Listen to the 5’s four albums in chronological order and you can hear Vandermark’s growth as a composer; he’s added space, flexibility, and flow to his rigorously constructed pieces. They gain tension from contrasting elements; on “Accident Happening”, from the 5’s latest album, Burn the Incline (Atavistic), skittering trombone, bass, and cymbals bounce off a solid wall of sustained saxophone tones. Says Bishop, who first played with Vandermark seven years ago in the Flying Luttenbachers, “The basic building blocks he’s using seem to have remained largely the same, but formally, the writing has definitely gotten more complex and ambitious. Structures are often longer and more complicated, and there’s often an interesting use of the same thematic material, transformed in various ways, in different musical moods or contexts within a piece. The pieces are very often like little -- or not-so-little -- suites that explore a variety of different places within the boundaries of one composition.”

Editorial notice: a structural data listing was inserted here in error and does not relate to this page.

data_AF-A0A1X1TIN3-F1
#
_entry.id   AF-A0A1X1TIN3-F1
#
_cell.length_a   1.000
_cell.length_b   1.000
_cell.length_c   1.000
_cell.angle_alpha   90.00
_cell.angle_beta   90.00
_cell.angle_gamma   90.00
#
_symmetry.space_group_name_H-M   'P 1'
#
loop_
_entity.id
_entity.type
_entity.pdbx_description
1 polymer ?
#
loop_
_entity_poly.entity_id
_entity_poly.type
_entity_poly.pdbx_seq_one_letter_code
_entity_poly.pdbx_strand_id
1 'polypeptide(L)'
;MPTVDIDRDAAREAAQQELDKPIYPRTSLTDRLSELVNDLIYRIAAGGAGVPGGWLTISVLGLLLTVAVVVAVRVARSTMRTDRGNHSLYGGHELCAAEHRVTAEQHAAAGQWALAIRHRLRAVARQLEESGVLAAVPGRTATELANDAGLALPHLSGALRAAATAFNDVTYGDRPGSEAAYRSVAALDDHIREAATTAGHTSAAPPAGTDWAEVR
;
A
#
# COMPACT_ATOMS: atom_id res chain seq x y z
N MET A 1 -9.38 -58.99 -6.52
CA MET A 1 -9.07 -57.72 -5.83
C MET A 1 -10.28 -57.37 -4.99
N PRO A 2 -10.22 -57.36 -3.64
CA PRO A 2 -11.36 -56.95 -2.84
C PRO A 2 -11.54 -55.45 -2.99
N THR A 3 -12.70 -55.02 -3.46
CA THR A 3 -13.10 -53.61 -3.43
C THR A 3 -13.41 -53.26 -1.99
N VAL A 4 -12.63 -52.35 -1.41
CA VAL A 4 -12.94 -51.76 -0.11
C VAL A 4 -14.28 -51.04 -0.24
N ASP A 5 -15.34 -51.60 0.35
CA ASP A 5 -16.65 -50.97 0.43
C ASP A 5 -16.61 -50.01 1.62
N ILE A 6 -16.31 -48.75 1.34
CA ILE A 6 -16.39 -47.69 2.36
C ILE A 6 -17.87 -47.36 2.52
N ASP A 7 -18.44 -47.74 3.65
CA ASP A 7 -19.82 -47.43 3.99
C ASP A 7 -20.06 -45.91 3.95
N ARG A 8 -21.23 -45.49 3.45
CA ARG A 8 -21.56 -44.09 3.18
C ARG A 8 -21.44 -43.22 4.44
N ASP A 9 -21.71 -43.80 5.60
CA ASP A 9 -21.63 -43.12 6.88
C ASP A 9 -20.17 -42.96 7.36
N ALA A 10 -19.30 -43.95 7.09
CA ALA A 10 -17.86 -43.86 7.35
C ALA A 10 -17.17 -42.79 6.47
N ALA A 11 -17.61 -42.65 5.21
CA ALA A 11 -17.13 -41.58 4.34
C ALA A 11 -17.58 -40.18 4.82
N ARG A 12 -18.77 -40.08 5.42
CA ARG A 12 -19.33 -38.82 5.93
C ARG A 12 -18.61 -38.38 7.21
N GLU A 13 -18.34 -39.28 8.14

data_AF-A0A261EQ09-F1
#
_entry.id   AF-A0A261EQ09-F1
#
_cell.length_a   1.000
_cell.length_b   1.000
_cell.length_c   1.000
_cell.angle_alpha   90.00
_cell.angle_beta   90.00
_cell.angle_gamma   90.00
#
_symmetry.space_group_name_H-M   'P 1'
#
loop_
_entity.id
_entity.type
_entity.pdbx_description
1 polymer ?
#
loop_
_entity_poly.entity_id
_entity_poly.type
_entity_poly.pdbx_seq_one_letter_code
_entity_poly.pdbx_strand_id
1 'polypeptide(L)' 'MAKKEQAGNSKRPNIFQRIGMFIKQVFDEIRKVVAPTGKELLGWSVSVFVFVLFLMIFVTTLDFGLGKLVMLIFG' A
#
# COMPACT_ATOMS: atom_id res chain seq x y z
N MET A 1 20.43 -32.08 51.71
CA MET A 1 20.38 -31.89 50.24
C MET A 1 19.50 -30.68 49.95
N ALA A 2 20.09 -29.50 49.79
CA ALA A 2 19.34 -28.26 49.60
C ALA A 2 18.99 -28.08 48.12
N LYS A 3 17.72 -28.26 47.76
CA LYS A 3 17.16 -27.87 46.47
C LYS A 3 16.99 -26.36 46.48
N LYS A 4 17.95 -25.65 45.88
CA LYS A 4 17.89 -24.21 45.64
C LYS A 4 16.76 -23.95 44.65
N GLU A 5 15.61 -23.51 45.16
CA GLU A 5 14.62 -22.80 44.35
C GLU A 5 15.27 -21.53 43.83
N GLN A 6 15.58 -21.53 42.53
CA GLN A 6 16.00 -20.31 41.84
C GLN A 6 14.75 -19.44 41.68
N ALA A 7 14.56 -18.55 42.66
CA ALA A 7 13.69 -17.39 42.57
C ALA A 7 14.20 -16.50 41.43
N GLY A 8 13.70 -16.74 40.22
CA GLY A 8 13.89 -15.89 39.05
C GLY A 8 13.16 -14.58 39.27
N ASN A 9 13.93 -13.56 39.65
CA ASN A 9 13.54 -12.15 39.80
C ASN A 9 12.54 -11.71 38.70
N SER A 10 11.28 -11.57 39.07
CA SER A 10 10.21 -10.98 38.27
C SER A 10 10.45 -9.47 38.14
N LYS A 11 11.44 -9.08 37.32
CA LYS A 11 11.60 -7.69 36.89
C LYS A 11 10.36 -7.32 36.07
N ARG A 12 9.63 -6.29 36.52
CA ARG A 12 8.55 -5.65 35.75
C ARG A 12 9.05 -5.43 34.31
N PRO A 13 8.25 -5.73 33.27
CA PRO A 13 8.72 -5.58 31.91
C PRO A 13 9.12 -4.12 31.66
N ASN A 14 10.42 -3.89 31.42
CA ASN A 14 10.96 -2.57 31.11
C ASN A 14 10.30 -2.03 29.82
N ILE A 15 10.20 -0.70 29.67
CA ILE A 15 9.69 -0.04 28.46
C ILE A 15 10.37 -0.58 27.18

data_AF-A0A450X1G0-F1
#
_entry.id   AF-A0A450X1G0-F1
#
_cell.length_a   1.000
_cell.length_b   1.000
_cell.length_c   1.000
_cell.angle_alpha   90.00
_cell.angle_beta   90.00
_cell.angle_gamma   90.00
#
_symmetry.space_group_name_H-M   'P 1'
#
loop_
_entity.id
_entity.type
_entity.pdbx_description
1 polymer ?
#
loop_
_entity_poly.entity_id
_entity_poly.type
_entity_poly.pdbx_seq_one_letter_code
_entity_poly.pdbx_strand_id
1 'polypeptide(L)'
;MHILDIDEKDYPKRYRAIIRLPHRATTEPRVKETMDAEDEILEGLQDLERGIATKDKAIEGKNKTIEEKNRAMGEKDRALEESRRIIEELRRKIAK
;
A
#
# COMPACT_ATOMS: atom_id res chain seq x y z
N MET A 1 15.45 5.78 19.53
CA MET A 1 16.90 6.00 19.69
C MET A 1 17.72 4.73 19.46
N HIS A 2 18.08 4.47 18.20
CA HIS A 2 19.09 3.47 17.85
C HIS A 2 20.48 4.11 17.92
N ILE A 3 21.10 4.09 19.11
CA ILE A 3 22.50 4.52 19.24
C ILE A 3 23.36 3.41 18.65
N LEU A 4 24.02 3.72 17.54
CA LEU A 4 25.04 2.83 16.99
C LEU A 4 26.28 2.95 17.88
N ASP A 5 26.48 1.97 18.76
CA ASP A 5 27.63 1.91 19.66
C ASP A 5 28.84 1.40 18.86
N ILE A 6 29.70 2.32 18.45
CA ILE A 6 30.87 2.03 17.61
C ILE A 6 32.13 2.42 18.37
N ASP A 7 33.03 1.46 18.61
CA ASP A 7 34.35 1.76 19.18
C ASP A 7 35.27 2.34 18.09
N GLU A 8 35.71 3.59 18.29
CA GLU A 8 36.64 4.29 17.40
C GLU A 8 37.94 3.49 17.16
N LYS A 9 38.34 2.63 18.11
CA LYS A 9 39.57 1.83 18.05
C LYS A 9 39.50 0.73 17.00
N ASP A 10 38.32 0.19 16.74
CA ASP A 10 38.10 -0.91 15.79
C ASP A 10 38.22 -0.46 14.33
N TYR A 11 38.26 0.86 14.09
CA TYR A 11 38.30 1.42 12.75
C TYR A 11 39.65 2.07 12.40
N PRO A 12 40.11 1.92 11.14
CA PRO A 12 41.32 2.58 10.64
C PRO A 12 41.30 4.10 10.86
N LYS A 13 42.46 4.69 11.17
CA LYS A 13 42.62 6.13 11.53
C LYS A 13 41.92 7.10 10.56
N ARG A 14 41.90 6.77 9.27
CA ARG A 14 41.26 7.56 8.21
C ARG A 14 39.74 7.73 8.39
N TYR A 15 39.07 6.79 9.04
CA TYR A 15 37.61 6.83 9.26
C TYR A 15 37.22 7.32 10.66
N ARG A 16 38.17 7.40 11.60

According to Vandermark, however, it’s intuition that guides him. “There isn’t a lot of theoretical basis to it,” he says. “It just seems like this is the right direction for the material to go. With the newest material, intuitively it seems I’m making these jumps, but it’s taken me a while to make sense as to why I’m making these jumps.”